Defensive tackle Tony Suber lumbered into the offices of the Washington Federals yesterday morning. For the past three weeks the Federals have lost games to Arizona, New Jersey and Tampa Bay by a total of nine points, but Suber was undeterred.
"I'm coming back here next week with a smile," he promised Susan Sullivan, an assistant to Jim Gould, the team president.
Suber's optimism typifies the mood on the team. Though they might be on the way toward securing a place in the trivia books by compiling the worst record in the first year of the U.S. Football League, the Federals betray no overt signs of remorse.
On the day before the Tampa Bay game, players told jokes and walked through their paces with an air of slow-motion confidence.
Coach Ray Jauch looked on at his assemblage and said, "I guess nobody will ever call this team uptight."
After losing games, George Allen radiates grief.
Jauch, on the other hand, has tried to emphasize that the establishment of a roster is more important in the long run than individual games. After his seventh loss in eight games Sunday, Jauch denied there was anything called a "losing syndrome."
"I'm still standing," Jauch said. "We'll make it."
If the Federals do make it, if they do begin to win, it will be with the players now on the roster. General Manager Dick Myers said that the team will have fewer players coming to practice for three-day tryouts.
"If we were getting kicked around, it would be a different story, but we've been so damn close lately," Myers said. "We're through running guys in and out of here. There might be some minor changes as we go along, but not many."
Against the Federals' secondary and linebackers, Tampa Bay quarterback Jimmy Jordan threw to open receivers at will, finishing the game with 30 completions in 45 attempts for 345 yards, including three touchdown passes to Eric Truvillion.
And Jordan, who started only because John Reaves was injured, appeared to have at least five seconds to find an open receiver on most passes.
"I think the offense is on track," said Myers. "What we have to do is quit giving up so much yardage. We need more big plays from the defense. (Defensive back) Mike Guess has upgraded us in that area considerably, but we need more of it."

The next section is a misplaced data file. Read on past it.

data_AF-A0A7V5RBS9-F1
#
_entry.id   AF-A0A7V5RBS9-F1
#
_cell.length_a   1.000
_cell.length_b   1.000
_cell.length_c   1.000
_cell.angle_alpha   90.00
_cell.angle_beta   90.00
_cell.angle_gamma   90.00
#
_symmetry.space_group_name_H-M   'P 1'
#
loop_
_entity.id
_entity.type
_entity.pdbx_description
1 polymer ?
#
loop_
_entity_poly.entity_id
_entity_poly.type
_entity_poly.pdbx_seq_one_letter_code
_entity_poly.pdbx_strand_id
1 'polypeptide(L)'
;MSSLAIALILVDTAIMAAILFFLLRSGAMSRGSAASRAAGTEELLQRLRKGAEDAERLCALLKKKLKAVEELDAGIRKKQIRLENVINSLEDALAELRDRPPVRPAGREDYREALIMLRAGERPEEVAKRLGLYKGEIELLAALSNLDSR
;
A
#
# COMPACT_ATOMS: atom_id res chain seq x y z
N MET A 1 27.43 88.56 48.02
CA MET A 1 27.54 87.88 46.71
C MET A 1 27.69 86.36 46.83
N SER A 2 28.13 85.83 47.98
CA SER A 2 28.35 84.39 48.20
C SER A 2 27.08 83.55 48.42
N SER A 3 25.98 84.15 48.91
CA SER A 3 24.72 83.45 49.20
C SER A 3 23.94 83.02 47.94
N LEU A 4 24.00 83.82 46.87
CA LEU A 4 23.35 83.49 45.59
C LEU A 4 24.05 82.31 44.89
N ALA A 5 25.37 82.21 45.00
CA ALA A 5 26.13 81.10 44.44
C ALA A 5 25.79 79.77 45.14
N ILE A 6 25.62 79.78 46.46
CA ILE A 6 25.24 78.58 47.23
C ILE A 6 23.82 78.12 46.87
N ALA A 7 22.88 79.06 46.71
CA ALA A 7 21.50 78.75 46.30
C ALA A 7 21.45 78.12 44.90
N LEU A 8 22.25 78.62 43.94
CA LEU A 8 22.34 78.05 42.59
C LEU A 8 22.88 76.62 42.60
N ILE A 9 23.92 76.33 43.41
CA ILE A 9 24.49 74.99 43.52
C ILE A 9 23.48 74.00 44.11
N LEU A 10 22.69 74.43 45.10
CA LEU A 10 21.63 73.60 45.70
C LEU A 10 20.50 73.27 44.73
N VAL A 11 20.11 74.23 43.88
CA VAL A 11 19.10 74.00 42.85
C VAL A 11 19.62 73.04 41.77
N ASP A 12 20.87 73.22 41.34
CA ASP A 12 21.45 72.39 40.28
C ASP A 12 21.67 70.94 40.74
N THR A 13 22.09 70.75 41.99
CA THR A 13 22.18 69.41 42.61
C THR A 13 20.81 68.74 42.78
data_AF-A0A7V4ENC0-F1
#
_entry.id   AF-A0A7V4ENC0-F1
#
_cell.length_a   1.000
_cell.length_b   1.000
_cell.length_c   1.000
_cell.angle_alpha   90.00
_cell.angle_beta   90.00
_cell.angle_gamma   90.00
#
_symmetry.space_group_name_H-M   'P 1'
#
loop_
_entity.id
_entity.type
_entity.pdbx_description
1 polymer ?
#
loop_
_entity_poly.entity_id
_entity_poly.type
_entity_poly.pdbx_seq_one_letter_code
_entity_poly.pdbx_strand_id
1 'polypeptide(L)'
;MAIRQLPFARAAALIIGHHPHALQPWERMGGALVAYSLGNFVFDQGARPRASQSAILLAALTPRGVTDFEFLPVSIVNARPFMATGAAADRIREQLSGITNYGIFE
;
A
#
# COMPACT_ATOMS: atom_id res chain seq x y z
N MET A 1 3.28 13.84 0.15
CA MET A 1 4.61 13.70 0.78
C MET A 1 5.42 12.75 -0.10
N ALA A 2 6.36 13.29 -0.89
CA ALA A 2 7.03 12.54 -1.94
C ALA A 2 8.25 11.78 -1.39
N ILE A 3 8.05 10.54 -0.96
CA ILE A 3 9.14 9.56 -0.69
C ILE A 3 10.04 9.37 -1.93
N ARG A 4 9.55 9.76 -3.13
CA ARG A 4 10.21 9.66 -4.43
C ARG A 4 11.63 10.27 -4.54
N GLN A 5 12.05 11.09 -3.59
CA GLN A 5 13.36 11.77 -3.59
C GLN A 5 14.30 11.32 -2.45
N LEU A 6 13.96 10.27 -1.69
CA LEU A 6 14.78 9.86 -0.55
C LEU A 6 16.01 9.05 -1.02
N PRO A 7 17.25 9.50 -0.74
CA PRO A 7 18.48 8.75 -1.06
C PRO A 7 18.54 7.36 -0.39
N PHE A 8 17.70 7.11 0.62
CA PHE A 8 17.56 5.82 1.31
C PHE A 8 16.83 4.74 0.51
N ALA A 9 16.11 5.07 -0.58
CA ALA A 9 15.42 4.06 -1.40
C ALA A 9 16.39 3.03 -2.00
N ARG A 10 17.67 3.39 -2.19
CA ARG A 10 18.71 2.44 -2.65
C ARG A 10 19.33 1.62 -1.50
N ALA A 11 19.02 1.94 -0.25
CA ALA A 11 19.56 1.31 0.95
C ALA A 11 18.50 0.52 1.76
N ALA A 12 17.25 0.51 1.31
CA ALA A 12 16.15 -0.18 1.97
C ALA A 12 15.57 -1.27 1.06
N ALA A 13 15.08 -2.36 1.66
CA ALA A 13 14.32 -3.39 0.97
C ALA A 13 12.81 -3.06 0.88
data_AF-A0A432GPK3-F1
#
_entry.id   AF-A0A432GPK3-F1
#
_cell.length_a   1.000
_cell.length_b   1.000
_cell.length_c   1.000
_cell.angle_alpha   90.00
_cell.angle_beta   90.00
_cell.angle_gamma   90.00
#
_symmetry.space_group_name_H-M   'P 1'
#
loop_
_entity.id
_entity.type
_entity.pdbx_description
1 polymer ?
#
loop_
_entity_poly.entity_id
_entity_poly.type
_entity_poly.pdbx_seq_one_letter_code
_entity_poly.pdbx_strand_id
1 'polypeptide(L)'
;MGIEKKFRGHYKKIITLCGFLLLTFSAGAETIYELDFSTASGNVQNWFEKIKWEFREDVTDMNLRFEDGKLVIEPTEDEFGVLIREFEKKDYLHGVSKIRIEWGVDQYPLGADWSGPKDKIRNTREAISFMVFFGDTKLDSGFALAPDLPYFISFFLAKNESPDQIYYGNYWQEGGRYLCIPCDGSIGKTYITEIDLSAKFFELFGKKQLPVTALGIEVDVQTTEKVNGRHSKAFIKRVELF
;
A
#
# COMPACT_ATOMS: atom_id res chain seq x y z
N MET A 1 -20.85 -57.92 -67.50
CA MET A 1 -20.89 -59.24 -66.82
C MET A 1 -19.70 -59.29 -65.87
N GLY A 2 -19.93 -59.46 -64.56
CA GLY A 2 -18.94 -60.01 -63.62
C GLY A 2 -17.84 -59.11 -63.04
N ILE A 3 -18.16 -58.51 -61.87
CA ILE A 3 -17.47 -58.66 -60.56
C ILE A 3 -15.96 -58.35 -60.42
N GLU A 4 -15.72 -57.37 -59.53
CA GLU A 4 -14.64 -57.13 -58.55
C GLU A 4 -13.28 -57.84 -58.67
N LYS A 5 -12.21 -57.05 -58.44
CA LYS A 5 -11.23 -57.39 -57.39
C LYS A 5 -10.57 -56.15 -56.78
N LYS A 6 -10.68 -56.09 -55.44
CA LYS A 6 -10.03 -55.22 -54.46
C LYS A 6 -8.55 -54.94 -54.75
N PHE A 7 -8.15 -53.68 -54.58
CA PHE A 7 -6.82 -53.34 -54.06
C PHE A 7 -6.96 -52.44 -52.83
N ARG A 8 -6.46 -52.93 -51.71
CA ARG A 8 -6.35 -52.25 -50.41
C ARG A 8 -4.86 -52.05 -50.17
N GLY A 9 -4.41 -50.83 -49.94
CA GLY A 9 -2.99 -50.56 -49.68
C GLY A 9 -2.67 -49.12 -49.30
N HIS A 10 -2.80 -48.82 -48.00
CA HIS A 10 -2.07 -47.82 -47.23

Running back Craig James said, "For three weeks we've been getting everybody on the ropes but we keep letting them off. I think we have the players now. We just have to get to the fine points."
The fine points include James not fumbling on the opponent's 13, Joe Gilliam not throwing three interceptions in a half, defensive backs not allowing a receiver to catch three nearly identical touchdown passes in a half and guards not allowing opponents to limit Billy Taylor to six yards on seven carries.
All these fine points contributed to the seven points separating the Bandits and the Federals Sunday. "We seem to go along pretty well and then do some silly things," Jauch said. "I'm not sure the team is where it ought to be mentally."
As the season nears its midpoint, the Federals management is getting concerned about the future. Dismal weather at three of the Federals' four home games has been a factor, but a losing record, especially for a team that has no tradition, can be a promotional disaster whether the sun shines or not.
The Federals have sold 19,000 season tickets, but many of those people have stayed home. There were 12,545 no-shows Sunday. Yesterday the Federals held a meeting to figure out ways to get season ticket holders back in the stands.
"The weather's been bad, but if we'd been 4-3 we'd have had bigger crowds. So it's a combination of things," said Myers. "We have to worry about remewals (of season ticket subscriptions) for next year. I hope we can do something to get them. All we can do, though, is start translating the way we've been playing into wins."
Defensive back Doug Greene (bruised left thigh) and tight end Vince Rogusky (sprained left wrist) are listed as questionable for Sunday's home game against Birmingham. Taylor (bruised right hamstring) and guard Dave Pacella (bruised right knee) are likely to play.